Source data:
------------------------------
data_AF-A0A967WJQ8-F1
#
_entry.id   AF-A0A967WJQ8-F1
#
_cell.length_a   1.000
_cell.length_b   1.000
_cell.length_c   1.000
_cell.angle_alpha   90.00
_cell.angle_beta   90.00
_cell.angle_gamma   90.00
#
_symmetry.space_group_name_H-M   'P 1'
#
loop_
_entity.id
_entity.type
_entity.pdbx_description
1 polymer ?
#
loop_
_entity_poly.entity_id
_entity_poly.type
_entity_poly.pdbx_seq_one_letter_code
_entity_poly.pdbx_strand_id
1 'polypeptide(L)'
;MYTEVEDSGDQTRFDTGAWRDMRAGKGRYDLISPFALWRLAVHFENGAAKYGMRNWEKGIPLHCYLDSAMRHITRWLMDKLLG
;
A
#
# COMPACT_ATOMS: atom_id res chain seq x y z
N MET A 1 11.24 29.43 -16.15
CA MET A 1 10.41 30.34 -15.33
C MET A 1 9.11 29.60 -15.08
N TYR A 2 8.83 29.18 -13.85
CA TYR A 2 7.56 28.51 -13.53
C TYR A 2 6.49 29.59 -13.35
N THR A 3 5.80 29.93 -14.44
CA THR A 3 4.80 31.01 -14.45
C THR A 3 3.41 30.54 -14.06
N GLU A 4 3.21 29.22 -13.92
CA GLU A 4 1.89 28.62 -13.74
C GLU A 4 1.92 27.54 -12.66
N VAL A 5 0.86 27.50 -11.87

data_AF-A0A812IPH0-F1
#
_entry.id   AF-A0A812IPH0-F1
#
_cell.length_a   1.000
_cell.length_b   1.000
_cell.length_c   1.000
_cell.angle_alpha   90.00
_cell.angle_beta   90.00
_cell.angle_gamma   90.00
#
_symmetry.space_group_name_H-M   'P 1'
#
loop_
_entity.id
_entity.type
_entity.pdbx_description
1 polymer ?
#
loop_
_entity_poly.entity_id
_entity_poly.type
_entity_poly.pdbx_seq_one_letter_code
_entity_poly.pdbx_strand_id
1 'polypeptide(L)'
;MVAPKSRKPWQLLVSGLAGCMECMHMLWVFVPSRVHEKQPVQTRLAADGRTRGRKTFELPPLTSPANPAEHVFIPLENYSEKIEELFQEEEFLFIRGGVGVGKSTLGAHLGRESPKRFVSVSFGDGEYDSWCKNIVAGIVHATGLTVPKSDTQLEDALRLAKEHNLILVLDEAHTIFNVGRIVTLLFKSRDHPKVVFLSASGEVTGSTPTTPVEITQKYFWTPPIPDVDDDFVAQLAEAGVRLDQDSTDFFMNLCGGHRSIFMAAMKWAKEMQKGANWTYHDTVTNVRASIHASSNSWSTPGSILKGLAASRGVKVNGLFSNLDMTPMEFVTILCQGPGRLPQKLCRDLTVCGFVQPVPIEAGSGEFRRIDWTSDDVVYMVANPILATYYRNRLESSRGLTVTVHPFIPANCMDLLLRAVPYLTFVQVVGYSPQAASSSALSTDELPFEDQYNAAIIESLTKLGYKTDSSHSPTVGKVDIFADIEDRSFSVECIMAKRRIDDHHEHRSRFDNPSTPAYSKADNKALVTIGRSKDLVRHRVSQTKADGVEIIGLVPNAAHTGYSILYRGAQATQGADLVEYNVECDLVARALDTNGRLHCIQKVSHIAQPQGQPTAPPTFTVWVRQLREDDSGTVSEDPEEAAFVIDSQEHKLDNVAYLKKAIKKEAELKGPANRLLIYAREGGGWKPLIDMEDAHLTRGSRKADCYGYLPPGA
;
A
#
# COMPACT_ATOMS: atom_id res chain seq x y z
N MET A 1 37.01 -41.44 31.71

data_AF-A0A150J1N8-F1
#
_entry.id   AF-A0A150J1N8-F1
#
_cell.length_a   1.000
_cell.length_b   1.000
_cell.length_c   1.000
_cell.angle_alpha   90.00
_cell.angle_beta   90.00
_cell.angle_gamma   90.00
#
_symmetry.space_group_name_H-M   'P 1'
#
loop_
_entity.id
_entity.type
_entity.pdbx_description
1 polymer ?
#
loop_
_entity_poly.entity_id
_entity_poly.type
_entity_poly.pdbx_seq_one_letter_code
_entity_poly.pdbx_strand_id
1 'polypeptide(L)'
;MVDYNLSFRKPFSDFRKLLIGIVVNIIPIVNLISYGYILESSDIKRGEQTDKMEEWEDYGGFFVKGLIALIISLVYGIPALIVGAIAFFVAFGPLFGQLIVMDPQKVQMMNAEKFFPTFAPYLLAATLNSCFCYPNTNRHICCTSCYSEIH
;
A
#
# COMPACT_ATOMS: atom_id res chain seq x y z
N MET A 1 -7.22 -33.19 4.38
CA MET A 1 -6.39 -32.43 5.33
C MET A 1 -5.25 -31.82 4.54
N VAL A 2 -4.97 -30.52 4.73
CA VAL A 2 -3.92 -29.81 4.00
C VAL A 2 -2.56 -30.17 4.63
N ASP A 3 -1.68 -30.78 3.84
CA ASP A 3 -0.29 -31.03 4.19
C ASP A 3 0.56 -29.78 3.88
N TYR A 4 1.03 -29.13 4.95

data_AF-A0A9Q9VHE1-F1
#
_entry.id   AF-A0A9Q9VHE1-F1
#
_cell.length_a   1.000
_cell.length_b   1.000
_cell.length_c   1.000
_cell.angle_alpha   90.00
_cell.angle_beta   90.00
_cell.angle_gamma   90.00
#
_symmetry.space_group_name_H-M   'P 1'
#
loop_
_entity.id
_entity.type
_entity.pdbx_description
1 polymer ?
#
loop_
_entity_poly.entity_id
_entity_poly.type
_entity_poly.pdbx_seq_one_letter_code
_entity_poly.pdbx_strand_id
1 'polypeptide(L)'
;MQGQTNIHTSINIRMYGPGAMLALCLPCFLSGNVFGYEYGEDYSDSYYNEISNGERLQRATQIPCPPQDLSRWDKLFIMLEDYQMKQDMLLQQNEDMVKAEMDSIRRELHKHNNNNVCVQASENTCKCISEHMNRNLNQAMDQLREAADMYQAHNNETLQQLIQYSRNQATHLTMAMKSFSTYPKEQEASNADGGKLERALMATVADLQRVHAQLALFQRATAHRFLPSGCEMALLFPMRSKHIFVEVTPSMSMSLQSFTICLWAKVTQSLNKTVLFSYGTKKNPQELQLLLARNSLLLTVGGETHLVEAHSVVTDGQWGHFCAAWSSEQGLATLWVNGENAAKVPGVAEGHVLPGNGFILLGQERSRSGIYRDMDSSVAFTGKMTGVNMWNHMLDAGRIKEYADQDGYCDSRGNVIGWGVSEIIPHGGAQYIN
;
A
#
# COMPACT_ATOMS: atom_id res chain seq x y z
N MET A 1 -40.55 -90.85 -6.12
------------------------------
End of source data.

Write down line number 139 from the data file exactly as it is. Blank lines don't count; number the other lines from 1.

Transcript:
1 'polypeptide(L)'